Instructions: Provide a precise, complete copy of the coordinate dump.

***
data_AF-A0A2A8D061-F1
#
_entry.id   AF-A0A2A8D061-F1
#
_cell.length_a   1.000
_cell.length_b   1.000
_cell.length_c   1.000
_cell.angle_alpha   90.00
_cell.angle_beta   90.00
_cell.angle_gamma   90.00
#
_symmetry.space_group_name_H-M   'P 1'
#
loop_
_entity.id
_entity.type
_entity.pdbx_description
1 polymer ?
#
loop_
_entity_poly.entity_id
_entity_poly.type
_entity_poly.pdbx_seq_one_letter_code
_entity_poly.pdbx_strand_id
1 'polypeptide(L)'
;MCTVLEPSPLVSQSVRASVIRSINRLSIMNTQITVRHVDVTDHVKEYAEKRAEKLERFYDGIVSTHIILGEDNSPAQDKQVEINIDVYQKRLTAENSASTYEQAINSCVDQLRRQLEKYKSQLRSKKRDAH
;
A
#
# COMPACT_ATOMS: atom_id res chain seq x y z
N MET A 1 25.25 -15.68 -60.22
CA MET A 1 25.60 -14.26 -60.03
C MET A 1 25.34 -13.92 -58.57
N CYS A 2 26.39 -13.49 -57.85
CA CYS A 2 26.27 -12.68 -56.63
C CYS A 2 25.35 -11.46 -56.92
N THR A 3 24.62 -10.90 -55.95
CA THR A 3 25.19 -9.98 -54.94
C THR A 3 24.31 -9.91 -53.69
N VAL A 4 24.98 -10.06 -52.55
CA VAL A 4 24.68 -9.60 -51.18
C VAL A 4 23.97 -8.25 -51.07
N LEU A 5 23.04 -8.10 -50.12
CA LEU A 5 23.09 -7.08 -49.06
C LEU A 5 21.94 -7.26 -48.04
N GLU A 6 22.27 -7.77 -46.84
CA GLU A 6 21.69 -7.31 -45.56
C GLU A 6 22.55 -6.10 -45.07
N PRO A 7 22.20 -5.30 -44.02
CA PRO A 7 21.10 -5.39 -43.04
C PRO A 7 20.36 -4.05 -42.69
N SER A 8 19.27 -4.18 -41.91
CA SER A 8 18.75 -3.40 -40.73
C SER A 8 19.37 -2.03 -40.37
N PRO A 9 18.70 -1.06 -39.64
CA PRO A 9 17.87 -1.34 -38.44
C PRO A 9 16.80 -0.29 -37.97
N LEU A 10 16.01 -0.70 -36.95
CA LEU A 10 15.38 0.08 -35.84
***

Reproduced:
data_AF-A0A2A8D061-F1
#
_entry.id   AF-A0A2A8D061-F1
#
_cell.length_a   1.000
_cell.length_b   1.000
_cell.length_c   1.000
_cell.angle_alpha   90.00
_cell.angle_beta   90.00
_cell.angle_gamma   90.00
#
_symmetry.space_group_name_H-M   'P 1'
#
loop_
_entity.id
_entity.type
_entity.pdbx_description
1 polymer ?
#
loop_
_entity_poly.entity_id
_entity_poly.type
_entity_poly.pdbx_seq_one_letter_code
_entity_poly.pdbx_strand_id
1 'polypeptide(L)'
;MCTVLEPSPLVSQSVRASVIRSINRLSIMNTQITVRHVDVTDHVKEYAEKRAEKLERFYDGIVSTHIILGEDNSPAQDKQVEINIDVYQKRLTAENSASTYEQAINSCVDQLRRQLEKYKSQLRSKKRDAH
;
A
#
# COMPACT_ATOMS: atom_id res chain seq x y z
N MET A 1 25.25 -15.68 -60.22
CA MET A 1 25.60 -14.26 -60.03
C MET A 1 25.34 -13.92 -58.57
N CYS A 2 26.39 -13.49 -57.85
CA CYS A 2 26.27 -12.68 -56.63
C CYS A 2 25.35 -11.46 -56.92
N THR A 3 24.62 -10.90 -55.95
CA THR A 3 25.19 -9.98 -54.94
C THR A 3 24.31 -9.91 -53.69
N VAL A 4 24.98 -10.06 -52.55
CA VAL A 4 24.68 -9.60 -51.18
C VAL A 4 23.97 -8.25 -51.07
N LEU A 5 23.04 -8.10 -50.12
CA LEU A 5 23.09 -7.08 -49.06
C LEU A 5 21.94 -7.26 -48.04
N GLU A 6 22.27 -7.77 -46.84
CA GLU A 6 21.69 -7.31 -45.56
C GLU A 6 22.55 -6.10 -45.07
N PRO A 7 22.20 -5.30 -44.02
CA PRO A 7 21.10 -5.39 -43.04
C PRO A 7 20.36 -4.05 -42.69
N SER A 8 19.27 -4.18 -41.91
CA SER A 8 18.75 -3.40 -40.73
C SER A 8 19.37 -2.03 -40.37
N PRO A 9 18.70 -1.06 -39.64
CA PRO A 9 17.87 -1.34 -38.44
C PRO A 9 16.80 -0.29 -37.97
N LEU A 10 16.01 -0.70 -36.95
CA LEU A 10 15.38 0.08 -35.84